A city of obnoxious fans naturally empathize with the rabid Jets fan who sued the New England Patriots for being cheater-cheater-pumpkin eaters through their videotaping of New York Jets coaches.
A federal appeals court in Philadelphia decided to hear arguments from the Jets season ticket holder attorney who first sued the New England Patriots in 2007.
Carl Mayer and co-counsel Bruce Afran are adamant that the Patriots’ videotaping deprived Jets fans from seeing an honest game, where the spelling is short and the drinking is copious. The case was scheduled to go before the 3rd Circuit in Philadelphia on Wednesday, which is an improvement from last year, when the case was dismissed by a federal judge in New Jersey who had better things to do.
The Patriots were busted videotaping signals by Jets coaches, something that seems pointless because, at the time, the team was really not very good. Nevertheless, stealing signs is a violation of league rules, as well as something that works. After all, the Patriots won that game at Giants Stadium.
The NFL fined head coach and Spygate Coordinator Bill Belichick $500,000 and the team $250,000. Additionally, New England lost their first-round draft choice and the respect of hundreds of thousands of fans of other teams.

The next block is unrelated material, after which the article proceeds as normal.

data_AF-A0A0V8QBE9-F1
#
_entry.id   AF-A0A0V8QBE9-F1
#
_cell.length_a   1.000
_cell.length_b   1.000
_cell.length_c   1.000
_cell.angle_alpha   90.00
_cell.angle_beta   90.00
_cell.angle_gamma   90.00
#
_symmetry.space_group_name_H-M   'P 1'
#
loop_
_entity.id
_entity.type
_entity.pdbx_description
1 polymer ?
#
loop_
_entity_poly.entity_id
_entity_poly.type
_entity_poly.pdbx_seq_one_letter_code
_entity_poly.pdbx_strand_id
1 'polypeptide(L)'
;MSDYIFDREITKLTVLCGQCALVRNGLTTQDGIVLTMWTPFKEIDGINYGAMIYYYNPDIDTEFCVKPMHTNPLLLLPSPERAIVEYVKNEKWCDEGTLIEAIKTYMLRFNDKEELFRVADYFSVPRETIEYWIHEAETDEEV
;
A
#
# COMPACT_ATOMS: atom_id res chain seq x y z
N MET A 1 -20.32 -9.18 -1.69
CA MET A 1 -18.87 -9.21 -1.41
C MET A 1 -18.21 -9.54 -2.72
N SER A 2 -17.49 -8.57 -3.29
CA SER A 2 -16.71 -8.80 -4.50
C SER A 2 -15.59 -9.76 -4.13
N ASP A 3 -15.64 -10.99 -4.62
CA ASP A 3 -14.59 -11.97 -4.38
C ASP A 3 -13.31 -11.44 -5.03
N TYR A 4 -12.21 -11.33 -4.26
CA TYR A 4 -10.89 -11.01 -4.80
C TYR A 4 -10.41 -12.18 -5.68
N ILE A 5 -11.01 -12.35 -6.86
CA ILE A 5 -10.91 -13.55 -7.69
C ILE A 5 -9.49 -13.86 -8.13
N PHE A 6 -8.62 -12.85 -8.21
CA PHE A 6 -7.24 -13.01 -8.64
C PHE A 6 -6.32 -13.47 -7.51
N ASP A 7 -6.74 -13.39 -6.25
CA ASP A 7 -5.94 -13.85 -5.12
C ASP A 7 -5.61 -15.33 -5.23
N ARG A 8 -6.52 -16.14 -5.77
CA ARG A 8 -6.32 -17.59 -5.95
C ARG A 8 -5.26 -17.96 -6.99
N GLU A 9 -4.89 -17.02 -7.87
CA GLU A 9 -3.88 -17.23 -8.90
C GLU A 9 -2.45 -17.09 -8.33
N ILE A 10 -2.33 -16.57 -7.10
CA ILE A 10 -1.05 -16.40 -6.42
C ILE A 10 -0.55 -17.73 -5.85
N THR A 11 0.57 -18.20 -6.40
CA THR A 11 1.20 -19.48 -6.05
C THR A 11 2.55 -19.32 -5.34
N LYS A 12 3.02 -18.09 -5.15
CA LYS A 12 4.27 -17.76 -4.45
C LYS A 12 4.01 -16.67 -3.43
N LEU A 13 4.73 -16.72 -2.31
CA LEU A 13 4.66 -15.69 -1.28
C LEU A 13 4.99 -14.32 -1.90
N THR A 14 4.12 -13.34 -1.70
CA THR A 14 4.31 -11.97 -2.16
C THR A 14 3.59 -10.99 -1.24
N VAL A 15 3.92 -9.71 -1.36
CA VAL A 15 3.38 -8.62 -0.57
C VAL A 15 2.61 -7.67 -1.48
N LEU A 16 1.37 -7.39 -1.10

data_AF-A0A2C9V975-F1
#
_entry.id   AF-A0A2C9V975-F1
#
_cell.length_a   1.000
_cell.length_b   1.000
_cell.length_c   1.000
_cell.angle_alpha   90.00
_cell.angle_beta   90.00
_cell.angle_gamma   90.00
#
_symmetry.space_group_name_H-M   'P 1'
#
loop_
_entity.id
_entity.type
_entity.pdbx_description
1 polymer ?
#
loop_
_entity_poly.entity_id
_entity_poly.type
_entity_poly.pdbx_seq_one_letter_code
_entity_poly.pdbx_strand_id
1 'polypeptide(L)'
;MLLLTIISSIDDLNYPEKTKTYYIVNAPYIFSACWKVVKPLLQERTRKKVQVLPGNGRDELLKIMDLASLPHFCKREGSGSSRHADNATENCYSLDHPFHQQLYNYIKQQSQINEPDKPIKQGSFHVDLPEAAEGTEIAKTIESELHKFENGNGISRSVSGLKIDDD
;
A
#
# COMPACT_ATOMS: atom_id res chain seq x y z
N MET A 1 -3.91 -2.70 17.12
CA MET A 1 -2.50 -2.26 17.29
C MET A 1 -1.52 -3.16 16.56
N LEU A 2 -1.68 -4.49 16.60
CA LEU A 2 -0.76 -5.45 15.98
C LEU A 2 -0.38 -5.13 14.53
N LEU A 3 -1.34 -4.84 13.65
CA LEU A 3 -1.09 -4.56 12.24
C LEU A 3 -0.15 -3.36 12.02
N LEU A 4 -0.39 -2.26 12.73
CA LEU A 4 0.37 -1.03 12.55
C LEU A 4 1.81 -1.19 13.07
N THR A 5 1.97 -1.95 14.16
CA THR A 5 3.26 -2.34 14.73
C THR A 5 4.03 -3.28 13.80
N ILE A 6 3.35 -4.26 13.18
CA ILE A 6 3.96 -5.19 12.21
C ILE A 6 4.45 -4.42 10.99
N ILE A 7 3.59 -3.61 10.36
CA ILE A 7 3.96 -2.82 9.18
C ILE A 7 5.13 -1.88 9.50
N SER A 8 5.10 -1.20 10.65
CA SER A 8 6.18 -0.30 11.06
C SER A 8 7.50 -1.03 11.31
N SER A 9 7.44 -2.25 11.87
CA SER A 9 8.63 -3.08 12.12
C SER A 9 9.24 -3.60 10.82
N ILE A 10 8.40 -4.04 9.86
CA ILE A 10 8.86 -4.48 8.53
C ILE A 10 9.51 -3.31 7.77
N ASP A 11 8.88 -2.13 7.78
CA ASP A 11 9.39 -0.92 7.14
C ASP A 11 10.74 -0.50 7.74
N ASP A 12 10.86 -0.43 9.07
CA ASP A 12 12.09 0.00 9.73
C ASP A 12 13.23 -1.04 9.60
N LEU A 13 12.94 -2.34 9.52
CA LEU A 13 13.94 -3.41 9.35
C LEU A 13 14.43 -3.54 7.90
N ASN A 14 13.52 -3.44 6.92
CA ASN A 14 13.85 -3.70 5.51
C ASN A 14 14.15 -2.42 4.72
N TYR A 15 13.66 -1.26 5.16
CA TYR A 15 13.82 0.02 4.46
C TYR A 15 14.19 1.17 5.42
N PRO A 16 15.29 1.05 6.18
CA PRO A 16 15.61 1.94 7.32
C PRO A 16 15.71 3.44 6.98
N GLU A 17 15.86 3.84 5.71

Yesterday, a Patriots lawyer said that, “every spectator that goes to a game expects there will be rules infractions.” Um, duh! There are penalties in every game! When a judge asked, “Do you think someone would pay that kind of money [for tickets] if they knew in advance it wasn’t a fair game?” the lawyer replied that, “Given what I know about professional sports — yes.” This is a lawyer’s way of saying that sports fans are aware and accepting of the fact that many athletes use performance-enhancing drugs and are guilty of felony crimes under the supervision of ruthless and often sketchy coaches. Play ball!
And it’s true. Steroids, drugs and crime are all over the NFL. Football is entertainment, owing ticket buyers a show, but by no means can they guarantee a fair one. The chances of any professional sport being perfectly fair is as low as the chance that Americans will restrain in filing any more frivolous law suits.